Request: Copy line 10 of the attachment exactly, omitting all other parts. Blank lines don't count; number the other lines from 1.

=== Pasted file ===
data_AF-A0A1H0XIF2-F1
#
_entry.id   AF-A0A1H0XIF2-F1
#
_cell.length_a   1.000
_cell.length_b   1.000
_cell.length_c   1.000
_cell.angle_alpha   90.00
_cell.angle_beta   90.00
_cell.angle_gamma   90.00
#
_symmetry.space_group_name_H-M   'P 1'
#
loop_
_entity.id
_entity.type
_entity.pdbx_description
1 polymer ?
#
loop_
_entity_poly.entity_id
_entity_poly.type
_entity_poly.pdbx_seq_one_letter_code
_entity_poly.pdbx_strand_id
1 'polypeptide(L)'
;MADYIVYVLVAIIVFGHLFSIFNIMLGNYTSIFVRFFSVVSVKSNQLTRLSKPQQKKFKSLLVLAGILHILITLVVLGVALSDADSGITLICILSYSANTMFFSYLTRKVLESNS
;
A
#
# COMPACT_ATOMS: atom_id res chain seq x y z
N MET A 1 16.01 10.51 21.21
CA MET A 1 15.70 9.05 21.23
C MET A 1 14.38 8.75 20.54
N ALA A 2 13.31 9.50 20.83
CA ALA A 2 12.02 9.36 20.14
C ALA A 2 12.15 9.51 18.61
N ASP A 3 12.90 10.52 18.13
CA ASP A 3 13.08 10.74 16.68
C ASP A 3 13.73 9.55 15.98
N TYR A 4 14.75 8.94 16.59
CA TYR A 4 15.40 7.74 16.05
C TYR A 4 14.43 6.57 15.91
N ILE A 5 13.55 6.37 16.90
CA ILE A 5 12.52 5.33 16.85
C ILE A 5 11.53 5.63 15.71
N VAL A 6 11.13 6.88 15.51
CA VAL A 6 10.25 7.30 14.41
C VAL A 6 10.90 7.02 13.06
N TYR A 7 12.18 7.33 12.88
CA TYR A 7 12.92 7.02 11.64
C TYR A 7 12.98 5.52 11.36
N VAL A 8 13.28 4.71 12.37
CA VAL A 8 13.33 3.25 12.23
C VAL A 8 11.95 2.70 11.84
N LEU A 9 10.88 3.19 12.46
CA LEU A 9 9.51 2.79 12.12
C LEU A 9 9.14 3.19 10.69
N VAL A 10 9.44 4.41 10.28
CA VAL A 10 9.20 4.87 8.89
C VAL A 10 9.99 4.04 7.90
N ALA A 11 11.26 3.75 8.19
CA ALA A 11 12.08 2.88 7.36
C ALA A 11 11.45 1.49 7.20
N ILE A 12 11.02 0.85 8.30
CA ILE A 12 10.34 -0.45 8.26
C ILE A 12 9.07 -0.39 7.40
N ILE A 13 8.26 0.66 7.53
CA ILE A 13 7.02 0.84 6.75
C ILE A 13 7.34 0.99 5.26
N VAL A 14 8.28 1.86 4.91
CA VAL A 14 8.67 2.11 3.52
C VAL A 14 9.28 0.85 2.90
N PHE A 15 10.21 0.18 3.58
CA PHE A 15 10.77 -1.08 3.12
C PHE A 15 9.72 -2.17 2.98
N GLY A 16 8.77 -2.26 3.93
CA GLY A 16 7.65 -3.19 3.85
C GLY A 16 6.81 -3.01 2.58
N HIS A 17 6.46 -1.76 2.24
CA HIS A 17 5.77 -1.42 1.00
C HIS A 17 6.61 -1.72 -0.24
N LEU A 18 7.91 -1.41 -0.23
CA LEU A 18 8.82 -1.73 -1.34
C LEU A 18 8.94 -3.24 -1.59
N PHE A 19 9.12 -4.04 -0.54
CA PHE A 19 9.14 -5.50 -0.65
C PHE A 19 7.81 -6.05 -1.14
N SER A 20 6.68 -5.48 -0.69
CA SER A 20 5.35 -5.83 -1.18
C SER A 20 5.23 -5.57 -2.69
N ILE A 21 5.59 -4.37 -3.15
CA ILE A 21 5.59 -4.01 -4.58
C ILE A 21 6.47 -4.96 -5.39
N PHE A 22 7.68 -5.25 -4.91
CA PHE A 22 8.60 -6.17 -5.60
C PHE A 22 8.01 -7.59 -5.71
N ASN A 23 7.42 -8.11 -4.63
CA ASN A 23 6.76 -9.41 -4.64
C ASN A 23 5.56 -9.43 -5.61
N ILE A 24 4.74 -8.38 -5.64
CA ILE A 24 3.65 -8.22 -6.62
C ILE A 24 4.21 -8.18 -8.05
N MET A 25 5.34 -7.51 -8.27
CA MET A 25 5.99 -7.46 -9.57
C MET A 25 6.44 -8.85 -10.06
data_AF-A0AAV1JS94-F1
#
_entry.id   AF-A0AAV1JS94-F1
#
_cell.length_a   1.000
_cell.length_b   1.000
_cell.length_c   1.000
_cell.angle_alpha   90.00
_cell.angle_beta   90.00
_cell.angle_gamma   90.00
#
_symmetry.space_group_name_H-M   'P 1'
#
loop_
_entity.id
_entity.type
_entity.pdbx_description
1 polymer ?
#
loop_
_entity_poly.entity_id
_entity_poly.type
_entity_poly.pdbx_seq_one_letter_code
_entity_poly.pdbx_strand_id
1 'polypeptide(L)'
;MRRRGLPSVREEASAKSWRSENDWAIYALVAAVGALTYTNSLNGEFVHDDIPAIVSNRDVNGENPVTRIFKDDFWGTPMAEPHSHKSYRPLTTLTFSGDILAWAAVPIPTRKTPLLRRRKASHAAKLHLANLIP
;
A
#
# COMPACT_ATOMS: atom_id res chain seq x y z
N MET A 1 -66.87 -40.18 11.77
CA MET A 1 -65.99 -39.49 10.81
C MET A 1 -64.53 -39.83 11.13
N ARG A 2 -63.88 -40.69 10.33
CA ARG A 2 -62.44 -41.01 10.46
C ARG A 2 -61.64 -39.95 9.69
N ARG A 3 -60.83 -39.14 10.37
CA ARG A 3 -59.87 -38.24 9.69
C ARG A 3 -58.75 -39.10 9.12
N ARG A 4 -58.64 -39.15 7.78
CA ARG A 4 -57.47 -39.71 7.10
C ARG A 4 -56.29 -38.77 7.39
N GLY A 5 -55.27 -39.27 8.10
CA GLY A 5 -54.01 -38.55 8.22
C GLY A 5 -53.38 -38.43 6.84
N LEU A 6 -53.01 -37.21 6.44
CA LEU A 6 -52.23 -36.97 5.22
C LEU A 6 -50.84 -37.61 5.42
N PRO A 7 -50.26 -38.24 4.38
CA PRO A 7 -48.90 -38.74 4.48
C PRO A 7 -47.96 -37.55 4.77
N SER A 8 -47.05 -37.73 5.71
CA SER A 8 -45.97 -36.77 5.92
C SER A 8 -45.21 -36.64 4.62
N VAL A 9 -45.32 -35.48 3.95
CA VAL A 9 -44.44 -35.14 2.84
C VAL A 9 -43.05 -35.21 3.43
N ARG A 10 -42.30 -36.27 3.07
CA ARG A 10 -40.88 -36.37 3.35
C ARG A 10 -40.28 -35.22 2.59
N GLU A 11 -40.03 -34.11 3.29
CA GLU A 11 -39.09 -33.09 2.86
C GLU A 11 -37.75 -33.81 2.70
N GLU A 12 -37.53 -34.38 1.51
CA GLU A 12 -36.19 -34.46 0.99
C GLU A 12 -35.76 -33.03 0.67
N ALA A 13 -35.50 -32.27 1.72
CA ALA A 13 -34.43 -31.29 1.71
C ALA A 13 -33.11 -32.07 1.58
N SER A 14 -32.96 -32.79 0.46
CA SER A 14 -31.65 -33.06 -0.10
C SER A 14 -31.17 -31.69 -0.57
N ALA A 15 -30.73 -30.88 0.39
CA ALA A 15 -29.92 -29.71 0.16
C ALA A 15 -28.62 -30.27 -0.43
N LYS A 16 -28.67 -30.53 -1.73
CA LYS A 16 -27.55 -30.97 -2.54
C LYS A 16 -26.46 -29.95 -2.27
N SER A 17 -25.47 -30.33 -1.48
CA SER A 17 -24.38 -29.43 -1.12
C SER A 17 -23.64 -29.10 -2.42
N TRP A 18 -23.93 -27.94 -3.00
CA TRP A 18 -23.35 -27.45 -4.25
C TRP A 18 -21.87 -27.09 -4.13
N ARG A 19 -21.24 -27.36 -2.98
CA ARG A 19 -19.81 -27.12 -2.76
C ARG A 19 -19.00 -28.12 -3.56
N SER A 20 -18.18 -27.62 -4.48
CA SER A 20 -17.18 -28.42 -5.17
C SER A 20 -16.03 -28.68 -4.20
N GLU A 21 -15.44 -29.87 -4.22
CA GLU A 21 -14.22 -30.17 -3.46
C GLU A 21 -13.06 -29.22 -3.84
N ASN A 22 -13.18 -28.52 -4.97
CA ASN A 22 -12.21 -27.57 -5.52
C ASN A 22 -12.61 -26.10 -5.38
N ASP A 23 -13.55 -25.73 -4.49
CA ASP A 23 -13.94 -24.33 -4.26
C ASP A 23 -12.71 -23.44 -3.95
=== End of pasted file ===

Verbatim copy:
_cell.angle_gamma   90.00